But what is this "structural disproportion" that is part and parcel of both what and who we are? Well, Fr. Carrón uses a quote from Giacomo Leopardi's book Pensieri, which is patterned after La Rochefoucauld's Maxims: "...the inability to be satisfied by any worldly thing or, so to speak, by the entire world...to accuse things always of being inadequate and meaningless; to suffer want, emptiness, and hence noia- this seems to me the chief sign of the grandeur and nobility of human nature." However, it can easily lead to despair, or a sense of world-weariness of the kind we find in Ecclesiastes:
What profit has man from all the labor which he toils at under the sun? One generation passes and another comes, but the world forever stays. The sun rises and the sun goes down; then it presses on to the place where it rises. Blowing now toward the south, then toward the north, the wind turns again and again, resuming its rounds. All rivers go to the sea, yet never does the sea become full. To the place where they go, the rivers keep on going (1:3-7)This inability is the structural disproportion that constitutes my "I"; no matter how much I have, I want more, yet I realize even in my wanting that having more will not quench my desire. This insight, Carrón tells us inevitably dawns upon anyone who is truly attentive to experience! In other words, it can be verified. Giussani states this in a more direct way: "The inexhaustibility of the questions heightens the contradiction between the urgent need for an answer and our human limitations in searching for it." What are these question we urgently need answered, but that our human, that is, creaturely, limitations hamper us from answering in a satisfactory manner? Existential questions, like "What is the ultimate meaning of existence?" This question is posed from the perspective of a being who is ineradicably disposed toward the transcendent, as Leopardi indicates. "Why is there pain and death, and, in the end (to paraphrase Archbishop Sheen), is life worth living?" It was no less a man than Camus who insisted that suicide is the only "truly serious philosophical problem."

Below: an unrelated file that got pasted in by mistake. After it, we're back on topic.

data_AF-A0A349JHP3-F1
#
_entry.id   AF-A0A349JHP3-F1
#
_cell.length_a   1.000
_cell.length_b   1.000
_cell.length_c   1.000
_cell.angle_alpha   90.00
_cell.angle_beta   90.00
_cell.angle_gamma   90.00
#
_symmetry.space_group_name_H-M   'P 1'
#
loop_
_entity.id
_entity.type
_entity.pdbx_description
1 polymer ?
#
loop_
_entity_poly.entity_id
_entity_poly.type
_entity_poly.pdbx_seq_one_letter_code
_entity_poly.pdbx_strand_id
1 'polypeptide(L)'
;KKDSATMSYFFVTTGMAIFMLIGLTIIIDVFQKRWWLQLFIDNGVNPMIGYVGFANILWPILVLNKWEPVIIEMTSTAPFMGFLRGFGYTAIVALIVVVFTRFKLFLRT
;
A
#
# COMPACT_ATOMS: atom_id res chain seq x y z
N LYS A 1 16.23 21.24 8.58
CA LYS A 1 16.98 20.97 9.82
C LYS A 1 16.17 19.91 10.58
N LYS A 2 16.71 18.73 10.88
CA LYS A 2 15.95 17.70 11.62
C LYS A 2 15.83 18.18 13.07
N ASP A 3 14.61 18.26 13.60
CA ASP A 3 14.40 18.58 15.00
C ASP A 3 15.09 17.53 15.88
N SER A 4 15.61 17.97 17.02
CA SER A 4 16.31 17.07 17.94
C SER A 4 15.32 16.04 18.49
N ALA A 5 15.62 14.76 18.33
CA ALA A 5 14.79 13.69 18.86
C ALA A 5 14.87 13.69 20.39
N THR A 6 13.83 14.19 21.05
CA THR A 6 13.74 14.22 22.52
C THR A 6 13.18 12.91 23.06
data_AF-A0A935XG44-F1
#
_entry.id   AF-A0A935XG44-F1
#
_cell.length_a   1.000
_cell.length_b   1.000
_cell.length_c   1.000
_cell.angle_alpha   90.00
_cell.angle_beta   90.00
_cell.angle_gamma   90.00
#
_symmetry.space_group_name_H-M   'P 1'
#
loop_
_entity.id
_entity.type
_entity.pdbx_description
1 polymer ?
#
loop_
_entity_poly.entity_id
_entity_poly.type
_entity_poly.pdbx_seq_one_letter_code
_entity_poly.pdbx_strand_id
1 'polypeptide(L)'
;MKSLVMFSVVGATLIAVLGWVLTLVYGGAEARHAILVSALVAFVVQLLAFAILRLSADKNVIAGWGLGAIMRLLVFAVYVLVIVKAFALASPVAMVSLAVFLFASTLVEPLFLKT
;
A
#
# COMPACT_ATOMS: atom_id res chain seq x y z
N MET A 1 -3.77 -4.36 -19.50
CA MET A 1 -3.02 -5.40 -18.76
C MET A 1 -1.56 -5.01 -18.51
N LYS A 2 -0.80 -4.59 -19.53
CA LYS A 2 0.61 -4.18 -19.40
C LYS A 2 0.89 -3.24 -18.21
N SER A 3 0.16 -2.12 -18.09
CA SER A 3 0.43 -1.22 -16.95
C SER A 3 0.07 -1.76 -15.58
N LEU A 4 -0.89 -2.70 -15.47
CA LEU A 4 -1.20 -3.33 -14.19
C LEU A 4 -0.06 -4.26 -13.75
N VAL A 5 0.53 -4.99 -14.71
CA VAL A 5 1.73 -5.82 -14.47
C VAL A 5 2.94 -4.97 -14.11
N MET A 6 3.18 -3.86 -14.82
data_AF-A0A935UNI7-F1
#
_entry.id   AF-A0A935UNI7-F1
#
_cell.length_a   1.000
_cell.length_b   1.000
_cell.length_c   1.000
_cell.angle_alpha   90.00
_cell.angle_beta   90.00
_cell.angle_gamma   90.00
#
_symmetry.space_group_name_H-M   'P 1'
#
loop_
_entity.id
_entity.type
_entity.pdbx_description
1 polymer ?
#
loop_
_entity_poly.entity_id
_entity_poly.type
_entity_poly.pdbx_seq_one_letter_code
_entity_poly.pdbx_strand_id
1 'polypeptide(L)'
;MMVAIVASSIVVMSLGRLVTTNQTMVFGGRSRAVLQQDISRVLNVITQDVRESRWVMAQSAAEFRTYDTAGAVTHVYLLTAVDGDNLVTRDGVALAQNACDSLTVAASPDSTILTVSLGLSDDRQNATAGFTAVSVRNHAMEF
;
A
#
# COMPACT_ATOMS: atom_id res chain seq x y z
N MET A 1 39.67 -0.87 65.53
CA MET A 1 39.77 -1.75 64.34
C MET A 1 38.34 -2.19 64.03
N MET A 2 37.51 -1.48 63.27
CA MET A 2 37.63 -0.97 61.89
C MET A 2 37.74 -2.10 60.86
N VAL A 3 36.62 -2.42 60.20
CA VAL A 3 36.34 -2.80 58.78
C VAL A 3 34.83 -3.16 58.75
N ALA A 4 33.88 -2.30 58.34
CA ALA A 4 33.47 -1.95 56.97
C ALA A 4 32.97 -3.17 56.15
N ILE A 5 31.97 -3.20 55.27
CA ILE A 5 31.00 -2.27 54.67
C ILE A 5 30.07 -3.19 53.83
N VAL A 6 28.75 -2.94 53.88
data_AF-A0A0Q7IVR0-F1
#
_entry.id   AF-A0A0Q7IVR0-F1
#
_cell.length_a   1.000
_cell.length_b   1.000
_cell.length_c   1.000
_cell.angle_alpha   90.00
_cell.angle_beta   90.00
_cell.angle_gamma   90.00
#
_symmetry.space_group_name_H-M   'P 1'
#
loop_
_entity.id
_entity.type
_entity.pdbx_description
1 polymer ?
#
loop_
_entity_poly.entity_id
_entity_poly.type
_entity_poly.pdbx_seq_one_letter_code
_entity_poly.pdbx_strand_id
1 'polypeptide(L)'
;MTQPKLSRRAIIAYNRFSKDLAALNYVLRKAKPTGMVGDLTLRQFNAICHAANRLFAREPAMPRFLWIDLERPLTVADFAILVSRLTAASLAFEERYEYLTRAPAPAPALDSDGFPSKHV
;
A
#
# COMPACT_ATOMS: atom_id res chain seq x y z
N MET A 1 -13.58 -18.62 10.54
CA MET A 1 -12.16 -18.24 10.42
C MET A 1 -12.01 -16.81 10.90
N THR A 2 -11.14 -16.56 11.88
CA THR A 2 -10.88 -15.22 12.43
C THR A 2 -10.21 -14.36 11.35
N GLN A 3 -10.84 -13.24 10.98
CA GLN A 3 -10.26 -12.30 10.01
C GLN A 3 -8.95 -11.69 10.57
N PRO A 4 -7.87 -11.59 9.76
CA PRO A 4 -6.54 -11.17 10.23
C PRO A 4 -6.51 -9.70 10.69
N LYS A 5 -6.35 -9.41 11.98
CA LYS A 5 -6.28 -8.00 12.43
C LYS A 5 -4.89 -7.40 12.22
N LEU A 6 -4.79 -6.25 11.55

"This irresolvable contradiction," Carrón insists before quoting Leopardi again, is "the eternal mystery of our being." Even for religious people, who try to leap experience, even existence, from here to God, Carrón insists, "God is not missing; the mystery of our 'I' is missing, this eternal mystery of our being!" As result "we have no need of Him and therefore seek the answer where everyone looks for it." Or, worse yet, we jump right over our "I" to God and act, even to ourselves, as though we know. Yet this is a knowing that brings no satisfaction, only moralism and sentimentality.
I am invoking the Welborn protocol for the first time, but I am sure Frank, who is now the driving force behind the blog Why I Am Catholic, won't mind. I do so to demonstrate the result of ignoring the issue that Carrón places squarely in front of us:
"Food for thought... because this is the age old, nay, timeless, question. 'Why are we here?'Frank is correct, "not a great answer," especially for a person who seems to understand the urgency of the question. The atheist's demand is honest, the reply "read the Catechism" is an evasion, not a witness precisely because it lacks the person's 'I'.
"The modern atheist here has shot his wad. Somebody says 'read the Catechism' to him. Hmmm, not a great answer to the dude who wants, no, DEMANDS, that the 'book' be written by God Himself, and that all changes, and modifications thereof be delivered 'in person' by Himself. God as messenger boy of His Technical Publications Office with all the latest updates to the Magisterium Code, Annotated."